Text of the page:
Camelot demolition begins: A look back at the park’s history

Camelot's entrance sign. Credit: Camelot1983, Wikimedia Commons.

Demolition has begun on Lancashire’s Camelot Theme Park, more than eight years after it closed. 

The site has stood abandoned since 2012, and has attracted many ‘explorers’ who have trespassed onto the site in order to capture footage of the derelict park.

Situated in the small village of Charnock Richard, just shy of three miles from Chorley town centre, Camelot Theme Park opened its doors to customers in 1983, with a whole host of attractions and rides for people to enjoy. 

But declining visitor numbers and ownership issues left the theme park struggling financially, and Camelot closed its doors for the final time on 2 September 2012.

From opening day, the theme park was entirely based around the story of Camelot, King Arthur and the Knights of the Round Table. 

Upon entrance to the park, guests would be greeted by a towering castle structure, which remained standing until this week.

Camelot’s impressive entrance. Credit: JKinson, Wikimedia Commons

There was a whole host of rides and attractions for visitors to enjoy, including The Whirlwind, a Maurer Söhne spinning coaster, which opened in 2003, The Dragon Flyer, a diesel powered roller coaster which took guests around the circumference of the park, and Excalibur 2, a flat ride which swung brave riders upside down.

But the highlight attraction of the park was of course, The Knightmare, a huge roller coaster which could even be seen from the M6 motorway. The roller coaster was a huge investment for the park, and cost them approximately £3million.

‘The Knightmare’. Credit: JKinson, Wikimedia Commons

However, it wasn’t just the thrill rides which made Camelot an enjoyable day out for local guests.

The theme park also had some exciting live entertainment, including the popular Jousting Tournament, a spectacular live show which saw real-life jousting stunts in a large outdoor venue. 

Video of the popular Jousting Tournament at Camelot Theme Park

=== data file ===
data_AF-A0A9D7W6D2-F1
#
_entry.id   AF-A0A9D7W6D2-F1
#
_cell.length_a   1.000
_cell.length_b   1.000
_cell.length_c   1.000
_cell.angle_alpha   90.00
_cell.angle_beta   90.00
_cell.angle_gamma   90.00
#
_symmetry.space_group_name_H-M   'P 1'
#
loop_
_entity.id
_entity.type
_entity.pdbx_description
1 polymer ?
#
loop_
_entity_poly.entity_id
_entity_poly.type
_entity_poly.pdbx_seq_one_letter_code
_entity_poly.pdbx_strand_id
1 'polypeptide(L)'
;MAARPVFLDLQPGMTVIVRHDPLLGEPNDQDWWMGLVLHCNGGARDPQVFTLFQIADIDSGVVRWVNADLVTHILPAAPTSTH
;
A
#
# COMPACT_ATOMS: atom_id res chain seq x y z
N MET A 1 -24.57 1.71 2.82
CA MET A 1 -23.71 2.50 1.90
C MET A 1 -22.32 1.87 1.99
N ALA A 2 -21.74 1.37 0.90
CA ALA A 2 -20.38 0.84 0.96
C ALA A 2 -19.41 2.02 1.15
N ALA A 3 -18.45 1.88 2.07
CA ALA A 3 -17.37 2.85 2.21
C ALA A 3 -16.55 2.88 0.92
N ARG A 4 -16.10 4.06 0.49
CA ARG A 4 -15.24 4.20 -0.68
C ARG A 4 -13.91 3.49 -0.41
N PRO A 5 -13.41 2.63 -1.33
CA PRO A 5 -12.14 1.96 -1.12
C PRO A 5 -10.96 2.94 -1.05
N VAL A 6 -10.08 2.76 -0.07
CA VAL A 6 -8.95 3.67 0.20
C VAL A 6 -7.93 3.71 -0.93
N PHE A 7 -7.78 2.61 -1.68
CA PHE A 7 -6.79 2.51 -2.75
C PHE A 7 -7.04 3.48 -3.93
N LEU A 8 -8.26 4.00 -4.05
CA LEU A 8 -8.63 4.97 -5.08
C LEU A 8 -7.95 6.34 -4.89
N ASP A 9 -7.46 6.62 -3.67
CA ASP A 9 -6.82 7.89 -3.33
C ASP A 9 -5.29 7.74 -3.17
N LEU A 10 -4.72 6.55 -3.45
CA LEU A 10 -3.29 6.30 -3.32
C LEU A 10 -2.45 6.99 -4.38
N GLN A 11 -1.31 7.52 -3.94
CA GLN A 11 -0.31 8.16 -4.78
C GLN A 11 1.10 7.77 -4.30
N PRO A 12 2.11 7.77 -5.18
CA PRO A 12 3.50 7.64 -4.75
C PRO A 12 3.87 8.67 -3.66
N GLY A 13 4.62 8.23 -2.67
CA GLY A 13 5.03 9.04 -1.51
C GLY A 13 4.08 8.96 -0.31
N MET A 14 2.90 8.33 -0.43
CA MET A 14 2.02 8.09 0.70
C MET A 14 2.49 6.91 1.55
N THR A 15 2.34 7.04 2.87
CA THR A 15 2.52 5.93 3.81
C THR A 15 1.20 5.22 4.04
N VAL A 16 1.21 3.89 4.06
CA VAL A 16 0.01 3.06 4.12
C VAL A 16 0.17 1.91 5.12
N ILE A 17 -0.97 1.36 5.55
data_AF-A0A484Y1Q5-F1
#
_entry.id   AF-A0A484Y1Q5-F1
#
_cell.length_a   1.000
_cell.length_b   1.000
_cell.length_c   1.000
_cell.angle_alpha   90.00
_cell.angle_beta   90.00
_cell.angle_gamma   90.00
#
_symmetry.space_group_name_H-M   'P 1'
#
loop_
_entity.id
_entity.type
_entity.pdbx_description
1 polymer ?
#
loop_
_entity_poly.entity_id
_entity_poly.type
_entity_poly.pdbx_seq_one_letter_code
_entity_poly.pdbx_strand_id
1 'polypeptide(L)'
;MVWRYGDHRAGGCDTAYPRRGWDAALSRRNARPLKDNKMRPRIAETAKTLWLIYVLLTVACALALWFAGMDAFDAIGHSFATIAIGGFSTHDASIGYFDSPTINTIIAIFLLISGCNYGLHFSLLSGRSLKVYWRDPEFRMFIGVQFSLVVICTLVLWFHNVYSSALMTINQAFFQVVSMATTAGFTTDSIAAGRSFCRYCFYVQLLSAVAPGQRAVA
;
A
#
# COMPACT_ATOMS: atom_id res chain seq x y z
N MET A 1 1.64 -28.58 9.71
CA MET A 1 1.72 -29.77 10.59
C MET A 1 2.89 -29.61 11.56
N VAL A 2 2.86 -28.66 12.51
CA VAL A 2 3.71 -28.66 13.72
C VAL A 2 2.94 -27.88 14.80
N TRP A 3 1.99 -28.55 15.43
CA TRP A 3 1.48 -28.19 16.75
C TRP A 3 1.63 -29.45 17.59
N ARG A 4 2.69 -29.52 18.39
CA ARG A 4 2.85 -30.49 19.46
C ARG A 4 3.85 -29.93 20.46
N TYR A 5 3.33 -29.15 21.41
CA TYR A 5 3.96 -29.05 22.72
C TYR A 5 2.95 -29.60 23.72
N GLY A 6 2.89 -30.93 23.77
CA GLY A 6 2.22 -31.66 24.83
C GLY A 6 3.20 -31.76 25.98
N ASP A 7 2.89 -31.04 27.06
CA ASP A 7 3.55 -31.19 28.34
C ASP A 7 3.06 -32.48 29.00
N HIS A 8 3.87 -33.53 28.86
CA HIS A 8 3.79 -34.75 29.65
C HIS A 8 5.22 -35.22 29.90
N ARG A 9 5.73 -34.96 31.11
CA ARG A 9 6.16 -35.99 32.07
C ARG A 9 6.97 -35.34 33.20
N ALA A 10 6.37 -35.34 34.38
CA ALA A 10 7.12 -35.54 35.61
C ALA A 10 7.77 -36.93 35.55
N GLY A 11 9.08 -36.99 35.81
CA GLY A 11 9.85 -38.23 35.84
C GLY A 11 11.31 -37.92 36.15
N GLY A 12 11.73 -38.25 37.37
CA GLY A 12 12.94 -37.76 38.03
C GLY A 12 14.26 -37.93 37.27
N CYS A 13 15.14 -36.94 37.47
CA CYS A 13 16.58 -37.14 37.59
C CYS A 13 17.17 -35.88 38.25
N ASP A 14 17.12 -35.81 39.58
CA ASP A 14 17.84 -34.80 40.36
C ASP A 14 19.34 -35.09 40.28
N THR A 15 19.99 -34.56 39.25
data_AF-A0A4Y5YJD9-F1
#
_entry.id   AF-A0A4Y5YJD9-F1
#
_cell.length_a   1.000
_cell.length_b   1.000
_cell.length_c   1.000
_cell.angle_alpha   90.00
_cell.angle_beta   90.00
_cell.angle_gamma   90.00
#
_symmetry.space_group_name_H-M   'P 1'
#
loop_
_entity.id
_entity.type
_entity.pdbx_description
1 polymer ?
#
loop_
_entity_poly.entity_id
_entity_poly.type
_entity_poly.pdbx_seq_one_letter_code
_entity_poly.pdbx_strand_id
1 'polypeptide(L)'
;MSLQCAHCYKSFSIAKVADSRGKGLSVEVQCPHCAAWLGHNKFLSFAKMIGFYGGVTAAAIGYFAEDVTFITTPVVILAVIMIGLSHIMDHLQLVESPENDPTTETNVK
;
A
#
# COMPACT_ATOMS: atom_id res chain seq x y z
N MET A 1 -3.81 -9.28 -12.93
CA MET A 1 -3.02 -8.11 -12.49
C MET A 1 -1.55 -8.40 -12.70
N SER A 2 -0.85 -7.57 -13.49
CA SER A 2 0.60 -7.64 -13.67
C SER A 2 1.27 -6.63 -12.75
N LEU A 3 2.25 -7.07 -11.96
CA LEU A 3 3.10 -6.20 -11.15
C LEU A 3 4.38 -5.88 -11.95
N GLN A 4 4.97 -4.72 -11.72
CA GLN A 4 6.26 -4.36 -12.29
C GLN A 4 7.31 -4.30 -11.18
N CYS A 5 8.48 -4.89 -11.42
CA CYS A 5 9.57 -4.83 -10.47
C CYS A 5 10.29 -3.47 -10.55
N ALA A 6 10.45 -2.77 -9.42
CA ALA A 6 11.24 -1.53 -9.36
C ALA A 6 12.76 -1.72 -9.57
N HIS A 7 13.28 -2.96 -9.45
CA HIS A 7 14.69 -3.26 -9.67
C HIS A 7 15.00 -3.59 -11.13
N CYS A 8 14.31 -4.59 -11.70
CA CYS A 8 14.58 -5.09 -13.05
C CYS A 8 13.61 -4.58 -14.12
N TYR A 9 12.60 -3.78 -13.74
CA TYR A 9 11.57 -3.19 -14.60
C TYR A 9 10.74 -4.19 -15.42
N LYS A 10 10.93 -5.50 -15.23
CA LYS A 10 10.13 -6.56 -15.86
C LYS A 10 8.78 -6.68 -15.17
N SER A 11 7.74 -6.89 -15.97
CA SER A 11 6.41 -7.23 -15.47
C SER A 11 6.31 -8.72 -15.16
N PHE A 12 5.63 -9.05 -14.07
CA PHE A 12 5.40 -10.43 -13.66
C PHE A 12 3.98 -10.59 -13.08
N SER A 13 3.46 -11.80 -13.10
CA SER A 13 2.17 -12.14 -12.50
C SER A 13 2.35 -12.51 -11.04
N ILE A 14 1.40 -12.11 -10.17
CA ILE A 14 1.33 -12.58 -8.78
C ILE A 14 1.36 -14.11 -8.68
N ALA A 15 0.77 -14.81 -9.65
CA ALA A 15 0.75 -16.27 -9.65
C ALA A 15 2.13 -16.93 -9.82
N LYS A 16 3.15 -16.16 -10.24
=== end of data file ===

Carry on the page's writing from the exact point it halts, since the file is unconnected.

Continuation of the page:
Whilst Camelot Theme Park may live fondly in the memories of guests who visited, there are a number of reasons why the theme park saw a decline in visitor numbers, which ultimately resulted in the current demolition.

The park was less than an hour away from Blackpool Pleasure Beach, which turned over £33.4m in 2017 and under two hours away from Alton Towers, which attracted over 2.4 million guests in the year Camelot closed down.

Infusion at Blackpool Pleasure beach, under an hour away from Camelot. Credit: BlackpoolJ91, Wikimedia Commons

It was always going to be difficult for a small theme park like Camelot to compete with two giants of the UK entertainment industry in such close proximity.

Furthermore, it was widely reported that Camelot had been having ownership issues, and the site had been under constant threat of demolition for new housing estates.

Upon closure of the park in 2012, Roy Page, managing director of Knights Leisure, had blamed the decline of the park on large events such as the Olympics.

Camelot’s entrance sign. Credit: Camelot1983, Wikimedia Commons.

Although the site’s future hasn’t officially been announced, it seems as though it is destined to be flattened into a housing estate, especially since the owners of the site attempted to do this back in 2018.

Whilst Camelot will never re-open again, it is clear that Chorley’s very own theme park made memories that will last forever for the guests that flocked from across the world to visit.